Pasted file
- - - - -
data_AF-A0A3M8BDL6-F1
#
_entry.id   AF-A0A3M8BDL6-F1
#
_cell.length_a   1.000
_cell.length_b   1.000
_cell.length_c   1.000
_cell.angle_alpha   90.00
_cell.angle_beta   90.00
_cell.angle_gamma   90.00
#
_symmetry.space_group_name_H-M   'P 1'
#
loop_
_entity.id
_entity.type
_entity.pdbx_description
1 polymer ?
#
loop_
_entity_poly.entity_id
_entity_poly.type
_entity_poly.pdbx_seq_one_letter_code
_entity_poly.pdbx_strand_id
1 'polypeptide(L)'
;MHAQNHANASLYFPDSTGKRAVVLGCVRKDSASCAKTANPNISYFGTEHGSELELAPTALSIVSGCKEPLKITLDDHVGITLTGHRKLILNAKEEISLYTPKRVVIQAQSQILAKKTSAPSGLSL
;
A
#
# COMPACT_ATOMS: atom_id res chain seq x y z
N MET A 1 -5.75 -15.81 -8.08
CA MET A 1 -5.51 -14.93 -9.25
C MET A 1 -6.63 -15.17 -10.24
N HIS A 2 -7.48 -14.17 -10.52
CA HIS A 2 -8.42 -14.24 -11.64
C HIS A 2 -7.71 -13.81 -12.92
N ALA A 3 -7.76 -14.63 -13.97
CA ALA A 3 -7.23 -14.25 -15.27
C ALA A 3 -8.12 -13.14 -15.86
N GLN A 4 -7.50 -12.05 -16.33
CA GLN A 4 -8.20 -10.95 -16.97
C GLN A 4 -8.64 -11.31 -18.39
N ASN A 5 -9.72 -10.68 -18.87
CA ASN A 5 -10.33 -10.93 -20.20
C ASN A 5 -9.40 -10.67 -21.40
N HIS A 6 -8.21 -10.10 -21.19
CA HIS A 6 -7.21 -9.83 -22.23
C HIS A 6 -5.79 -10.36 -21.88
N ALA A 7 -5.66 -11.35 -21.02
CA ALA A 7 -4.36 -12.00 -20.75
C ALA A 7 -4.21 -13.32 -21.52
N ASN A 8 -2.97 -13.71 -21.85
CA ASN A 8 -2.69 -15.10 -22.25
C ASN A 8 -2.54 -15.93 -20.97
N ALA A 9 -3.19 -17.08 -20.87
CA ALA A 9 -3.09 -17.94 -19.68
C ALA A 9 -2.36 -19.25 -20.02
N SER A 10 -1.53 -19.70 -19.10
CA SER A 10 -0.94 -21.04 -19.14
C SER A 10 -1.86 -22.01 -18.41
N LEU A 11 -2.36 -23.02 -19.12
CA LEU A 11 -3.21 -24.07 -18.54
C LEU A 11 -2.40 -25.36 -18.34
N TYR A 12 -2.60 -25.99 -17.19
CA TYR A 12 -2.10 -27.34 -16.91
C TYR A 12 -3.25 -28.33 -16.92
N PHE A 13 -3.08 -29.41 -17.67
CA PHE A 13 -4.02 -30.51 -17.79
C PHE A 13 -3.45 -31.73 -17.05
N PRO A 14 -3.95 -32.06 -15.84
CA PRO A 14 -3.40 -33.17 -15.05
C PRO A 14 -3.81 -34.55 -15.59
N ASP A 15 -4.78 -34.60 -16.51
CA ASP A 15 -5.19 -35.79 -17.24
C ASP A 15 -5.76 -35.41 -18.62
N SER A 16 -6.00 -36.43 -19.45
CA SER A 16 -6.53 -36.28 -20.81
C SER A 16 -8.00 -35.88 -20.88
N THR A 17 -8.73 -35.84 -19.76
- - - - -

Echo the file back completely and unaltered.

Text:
data_AF-A0A3M8BDL6-F1
#
_entry.id   AF-A0A3M8BDL6-F1
#
_cell.length_a   1.000
_cell.length_b   1.000
_cell.length_c   1.000
_cell.angle_alpha   90.00
_cell.angle_beta   90.00
_cell.angle_gamma   90.00
#
_symmetry.space_group_name_H-M   'P 1'
#
loop_
_entity.id
_entity.type
_entity.pdbx_description
1 polymer ?
#
loop_
_entity_poly.entity_id
_entity_poly.type
_entity_poly.pdbx_seq_one_letter_code
_entity_poly.pdbx_strand_id
1 'polypeptide(L)'
;MHAQNHANASLYFPDSTGKRAVVLGCVRKDSASCAKTANPNISYFGTEHGSELELAPTALSIVSGCKEPLKITLDDHVGITLTGHRKLILNAKEEISLYTPKRVVIQAQSQILAKKTSAPSGLSL
;
A
#
# COMPACT_ATOMS: atom_id res chain seq x y z
N MET A 1 -5.75 -15.81 -8.08
CA MET A 1 -5.51 -14.93 -9.25
C MET A 1 -6.63 -15.17 -10.24
N HIS A 2 -7.48 -14.17 -10.52
CA HIS A 2 -8.42 -14.24 -11.64
C HIS A 2 -7.71 -13.81 -12.92
N ALA A 3 -7.76 -14.63 -13.97
CA ALA A 3 -7.23 -14.25 -15.27
C ALA A 3 -8.12 -13.14 -15.86
N GLN A 4 -7.50 -12.05 -16.33
CA GLN A 4 -8.20 -10.95 -16.97
C GLN A 4 -8.64 -11.31 -18.39
N ASN A 5 -9.72 -10.68 -18.87
CA ASN A 5 -10.33 -10.93 -20.20
C ASN A 5 -9.40 -10.67 -21.40
N HIS A 6 -8.21 -10.10 -21.19
CA HIS A 6 -7.21 -9.83 -22.23
C HIS A 6 -5.79 -10.36 -21.88
N ALA A 7 -5.66 -11.35 -21.02
CA ALA A 7 -4.36 -12.00 -20.75
C ALA A 7 -4.21 -13.32 -21.52
N ASN A 8 -2.97 -13.71 -21.85
CA ASN A 8 -2.69 -15.10 -22.25
C ASN A 8 -2.54 -15.93 -20.97
N ALA A 9 -3.19 -17.08 -20.87
CA ALA A 9 -3.09 -17.94 -19.68
C ALA A 9 -2.36 -19.25 -20.02
N SER A 10 -1.53 -19.70 -19.10
CA SER A 10 -0.94 -21.04 -19.14
C SER A 10 -1.86 -22.01 -18.41
N LEU A 11 -2.36 -23.02 -19.12
CA LEU A 11 -3.21 -24.07 -18.54
C LEU A 11 -2.40 -25.36 -18.34
N TYR A 12 -2.60 -25.99 -17.19
CA TYR A 12 -2.10 -27.34 -16.91
C TYR A 12 -3.25 -28.33 -16.92
N PHE A 13 -3.08 -29.41 -17.67
CA PHE A 13 -4.02 -30.51 -17.79
C PHE A 13 -3.45 -31.73 -17.05
N PRO A 14 -3.95 -32.06 -15.84
CA PRO A 14 -3.40 -33.17 -15.05
C PRO A 14 -3.81 -34.55 -15.59
N ASP A 15 -4.78 -34.60 -16.51
CA ASP A 15 -5.19 -35.79 -17.24
C ASP A 15 -5.76 -35.41 -18.62
N SER A 16 -6.00 -36.43 -19.45
CA SER A 16 -6.53 -36.28 -20.81
C SER A 16 -8.00 -35.88 -20.88
N THR A 17 -8.73 -35.84 -19.76